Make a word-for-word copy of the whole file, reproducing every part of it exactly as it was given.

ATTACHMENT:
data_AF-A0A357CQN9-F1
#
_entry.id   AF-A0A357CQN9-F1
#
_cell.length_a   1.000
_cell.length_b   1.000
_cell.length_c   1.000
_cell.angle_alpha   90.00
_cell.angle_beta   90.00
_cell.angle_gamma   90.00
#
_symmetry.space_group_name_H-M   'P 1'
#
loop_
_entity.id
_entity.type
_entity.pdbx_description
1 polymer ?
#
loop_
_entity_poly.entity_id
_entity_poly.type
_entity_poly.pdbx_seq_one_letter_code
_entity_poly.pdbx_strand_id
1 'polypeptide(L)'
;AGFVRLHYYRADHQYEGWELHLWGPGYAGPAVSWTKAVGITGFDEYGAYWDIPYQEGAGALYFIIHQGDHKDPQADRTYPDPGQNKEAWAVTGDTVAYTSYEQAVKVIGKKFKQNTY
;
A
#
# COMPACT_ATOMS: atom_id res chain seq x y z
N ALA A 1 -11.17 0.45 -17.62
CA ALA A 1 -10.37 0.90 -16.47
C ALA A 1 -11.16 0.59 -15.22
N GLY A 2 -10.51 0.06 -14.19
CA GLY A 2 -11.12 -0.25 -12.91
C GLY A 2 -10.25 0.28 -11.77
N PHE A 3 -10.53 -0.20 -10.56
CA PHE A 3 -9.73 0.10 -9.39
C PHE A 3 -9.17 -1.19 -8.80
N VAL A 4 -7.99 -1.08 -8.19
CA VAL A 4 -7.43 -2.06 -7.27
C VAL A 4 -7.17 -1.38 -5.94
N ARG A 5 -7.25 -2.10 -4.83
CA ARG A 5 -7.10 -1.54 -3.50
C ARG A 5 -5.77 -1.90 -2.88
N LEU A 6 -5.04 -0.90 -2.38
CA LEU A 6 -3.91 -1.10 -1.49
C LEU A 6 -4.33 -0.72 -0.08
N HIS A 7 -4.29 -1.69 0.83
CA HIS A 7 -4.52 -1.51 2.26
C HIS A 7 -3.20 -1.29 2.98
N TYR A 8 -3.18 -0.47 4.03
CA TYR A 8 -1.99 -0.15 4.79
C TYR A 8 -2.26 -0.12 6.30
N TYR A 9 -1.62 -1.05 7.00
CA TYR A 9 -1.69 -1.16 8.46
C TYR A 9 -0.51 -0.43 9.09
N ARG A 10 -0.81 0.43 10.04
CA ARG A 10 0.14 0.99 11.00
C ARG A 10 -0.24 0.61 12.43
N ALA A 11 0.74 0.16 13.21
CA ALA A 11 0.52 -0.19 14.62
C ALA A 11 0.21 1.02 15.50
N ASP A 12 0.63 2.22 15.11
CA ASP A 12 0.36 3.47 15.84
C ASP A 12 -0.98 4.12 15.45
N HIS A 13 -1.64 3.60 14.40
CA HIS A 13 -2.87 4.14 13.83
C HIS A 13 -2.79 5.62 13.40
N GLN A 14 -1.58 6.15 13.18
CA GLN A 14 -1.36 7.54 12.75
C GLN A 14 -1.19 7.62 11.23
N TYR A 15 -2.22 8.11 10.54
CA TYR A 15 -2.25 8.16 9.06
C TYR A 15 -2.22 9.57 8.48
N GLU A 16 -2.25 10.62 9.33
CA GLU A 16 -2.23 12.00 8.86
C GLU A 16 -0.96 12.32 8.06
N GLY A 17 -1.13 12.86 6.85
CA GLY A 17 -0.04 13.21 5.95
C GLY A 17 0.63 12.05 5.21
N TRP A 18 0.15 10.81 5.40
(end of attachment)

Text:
data_AF-A0A357CQN9-F1
#
_entry.id   AF-A0A357CQN9-F1
#
_cell.length_a   1.000
_cell.length_b   1.000
_cell.length_c   1.000
_cell.angle_alpha   90.00
_cell.angle_beta   90.00
_cell.angle_gamma   90.00
#
_symmetry.space_group_name_H-M   'P 1'
#
loop_
_entity.id
_entity.type
_entity.pdbx_description
1 polymer ?
#
loop_
_entity_poly.entity_id
_entity_poly.type
_entity_poly.pdbx_seq_one_letter_code
_entity_poly.pdbx_strand_id
1 'polypeptide(L)'
;AGFVRLHYYRADHQYEGWELHLWGPGYAGPAVSWTKAVGITGFDEYGAYWDIPYQEGAGALYFIIHQGDHKDPQADRTYPDPGQNKEAWAVTGDTVAYTSYEQAVKVIGKKFKQNTY
;
A
#
# COMPACT_ATOMS: atom_id res chain seq x y z
N ALA A 1 -11.17 0.45 -17.62
CA ALA A 1 -10.37 0.90 -16.47
C ALA A 1 -11.16 0.59 -15.22
N GLY A 2 -10.51 0.06 -14.19
CA GLY A 2 -11.12 -0.25 -12.91
C GLY A 2 -10.25 0.28 -11.77
N PHE A 3 -10.53 -0.20 -10.56
CA PHE A 3 -9.73 0.10 -9.39
C PHE A 3 -9.17 -1.19 -8.80
N VAL A 4 -7.99 -1.08 -8.19
CA VAL A 4 -7.43 -2.06 -7.27
C VAL A 4 -7.17 -1.38 -5.94
N ARG A 5 -7.25 -2.10 -4.83
CA ARG A 5 -7.10 -1.54 -3.50
C ARG A 5 -5.77 -1.90 -2.88
N LEU A 6 -5.04 -0.90 -2.38
CA LEU A 6 -3.91 -1.10 -1.49
C LEU A 6 -4.33 -0.72 -0.08
N HIS A 7 -4.29 -1.69 0.83
CA HIS A 7 -4.52 -1.51 2.26
C HIS A 7 -3.20 -1.29 2.98
N TYR A 8 -3.18 -0.47 4.03
CA TYR A 8 -1.99 -0.15 4.79
C TYR A 8 -2.26 -0.12 6.30
N TYR A 9 -1.62 -1.05 7.00
CA TYR A 9 -1.69 -1.16 8.46
C TYR A 9 -0.51 -0.43 9.09
N ARG A 10 -0.81 0.43 10.04
CA ARG A 10 0.14 0.99 11.00
C ARG A 10 -0.24 0.61 12.43
N ALA A 11 0.74 0.16 13.21
CA ALA A 11 0.52 -0.19 14.62
C ALA A 11 0.21 1.02 15.50
N ASP A 12 0.63 2.22 15.11
CA ASP A 12 0.36 3.47 15.84
C ASP A 12 -0.98 4.12 15.45
N HIS A 13 -1.64 3.60 14.40
CA HIS A 13 -2.87 4.14 13.83
C HIS A 13 -2.79 5.62 13.40
N GLN A 14 -1.58 6.15 13.18
CA GLN A 14 -1.36 7.54 12.75
C GLN A 14 -1.19 7.62 11.23
N TYR A 15 -2.22 8.11 10.54
CA TYR A 15 -2.25 8.16 9.06
C TYR A 15 -2.22 9.57 8.48
N GLU A 16 -2.25 10.62 9.33
CA GLU A 16 -2.23 12.00 8.86
C GLU A 16 -0.96 12.32 8.06
N GLY A 17 -1.13 12.86 6.85
CA GLY A 17 -0.04 13.21 5.95
C GLY A 17 0.63 12.05 5.21
N TRP A 18 0.15 10.81 5.40